Fred Ali, our president and C.E.O., also participated in the Committee for a Greater LA to understand the effects that COVID had on different populations throughout Los Angeles County. Nonprofit, business, philanthropy, labor, government, and other community leaders held weekly data briefings on topics such as employment, housing and homelessness, youth, and trauma, with COVID-19 as a through line.
Following the murder of George Floyd, the committee expanded its focus to a comprehensive view of systemic racism—especially anti-Black racism. The initial product of that committee was the publication of the No Going Back report that includes 10 guiding principles addressing areas from housing, economic justice and mental and physical health to youth voice, immigration, and the role of the nonprofit sector. Miguel Santana, the Chair of the Committee for a Great LA, is the incoming president and C.E.O. of the Weingart Foundation, and we are exploring how the report can help inform our grantmaking in the future.
James: Is there a specific moment of reflection or conversation with a community leader that encapsulates the complexity and opportunity of this moment for philanthropy and systems change leaders? Can you share that story with us?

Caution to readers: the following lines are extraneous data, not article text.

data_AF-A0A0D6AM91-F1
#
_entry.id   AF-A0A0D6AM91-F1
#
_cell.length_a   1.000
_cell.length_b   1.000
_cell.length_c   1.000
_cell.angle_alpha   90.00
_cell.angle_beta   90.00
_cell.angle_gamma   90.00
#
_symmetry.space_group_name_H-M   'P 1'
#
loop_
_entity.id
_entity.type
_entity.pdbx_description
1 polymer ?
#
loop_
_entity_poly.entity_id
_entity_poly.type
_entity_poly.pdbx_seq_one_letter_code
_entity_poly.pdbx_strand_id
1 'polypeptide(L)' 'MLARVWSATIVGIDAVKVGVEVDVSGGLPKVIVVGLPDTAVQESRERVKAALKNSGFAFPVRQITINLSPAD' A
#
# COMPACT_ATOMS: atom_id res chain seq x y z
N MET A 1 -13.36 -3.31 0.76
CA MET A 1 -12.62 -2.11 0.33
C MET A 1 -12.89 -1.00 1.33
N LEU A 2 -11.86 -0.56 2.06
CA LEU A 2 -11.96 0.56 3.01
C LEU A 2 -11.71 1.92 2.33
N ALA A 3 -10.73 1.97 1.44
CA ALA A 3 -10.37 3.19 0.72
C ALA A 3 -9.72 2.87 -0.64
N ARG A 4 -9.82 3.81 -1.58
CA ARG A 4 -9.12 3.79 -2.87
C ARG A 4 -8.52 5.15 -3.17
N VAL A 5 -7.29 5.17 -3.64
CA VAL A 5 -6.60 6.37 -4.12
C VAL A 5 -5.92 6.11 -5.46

Eric: The mentally hard part of this job in the time of COVID is to hear the harrowing stories from nonprofit leaders about the plight of their clients and members, the staff of these nonprofits, and the leaders themselves. One leader who I have known for almost 20 years as a nonprofit colleague confided to me about the stress and hardship of raising two kids, trying to get them to school virtually, getting on weekly Saturday morning Zoom meetings with partner organizations to coordinate the distribution of food, computing technology, other essential items, and working during the week to organize campaigns as part of the social justice movement response to the murder of George Floyd. She shared how she was inspired and a little scared about joining her youth organizers to show up at a school board meeting where they were discussing the possible reallocation of school police resources to support other student services.